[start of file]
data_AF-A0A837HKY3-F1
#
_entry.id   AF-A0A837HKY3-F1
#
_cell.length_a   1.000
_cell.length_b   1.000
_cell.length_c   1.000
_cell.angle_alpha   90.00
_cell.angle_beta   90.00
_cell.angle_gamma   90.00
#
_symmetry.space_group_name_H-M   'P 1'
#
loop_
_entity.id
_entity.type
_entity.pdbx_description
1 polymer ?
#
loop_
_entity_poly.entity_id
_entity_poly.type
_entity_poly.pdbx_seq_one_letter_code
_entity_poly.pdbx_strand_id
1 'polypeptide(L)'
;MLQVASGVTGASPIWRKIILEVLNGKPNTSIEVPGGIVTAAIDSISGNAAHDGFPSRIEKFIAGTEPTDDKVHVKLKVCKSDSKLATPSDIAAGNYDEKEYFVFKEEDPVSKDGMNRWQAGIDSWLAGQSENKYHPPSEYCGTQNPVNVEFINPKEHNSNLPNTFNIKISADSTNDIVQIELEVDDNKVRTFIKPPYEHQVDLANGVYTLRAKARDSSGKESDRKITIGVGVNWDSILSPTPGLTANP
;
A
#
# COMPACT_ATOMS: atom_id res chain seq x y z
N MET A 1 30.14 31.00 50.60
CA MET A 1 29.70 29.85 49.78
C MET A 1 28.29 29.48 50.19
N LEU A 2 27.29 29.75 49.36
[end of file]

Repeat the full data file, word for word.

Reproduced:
data_AF-A0A837HKY3-F1
#
_entry.id   AF-A0A837HKY3-F1
#
_cell.length_a   1.000
_cell.length_b   1.000
_cell.length_c   1.000
_cell.angle_alpha   90.00
_cell.angle_beta   90.00
_cell.angle_gamma   90.00
#
_symmetry.space_group_name_H-M   'P 1'
#
loop_
_entity.id
_entity.type
_entity.pdbx_description
1 polymer ?
#
loop_
_entity_poly.entity_id
_entity_poly.type
_entity_poly.pdbx_seq_one_letter_code
_entity_poly.pdbx_strand_id
1 'polypeptide(L)'
;MLQVASGVTGASPIWRKIILEVLNGKPNTSIEVPGGIVTAAIDSISGNAAHDGFPSRIEKFIAGTEPTDDKVHVKLKVCKSDSKLATPSDIAAGNYDEKEYFVFKEEDPVSKDGMNRWQAGIDSWLAGQSENKYHPPSEYCGTQNPVNVEFINPKEHNSNLPNTFNIKISADSTNDIVQIELEVDDNKVRTFIKPPYEHQVDLANGVYTLRAKARDSSGKESDRKITIGVGVNWDSILSPTPGLTANP
;
A
#
# COMPACT_ATOMS: atom_id res chain seq x y z
N MET A 1 30.14 31.00 50.60
CA MET A 1 29.70 29.85 49.78
C MET A 1 28.29 29.48 50.19
N LEU A 2 27.29 29.75 49.36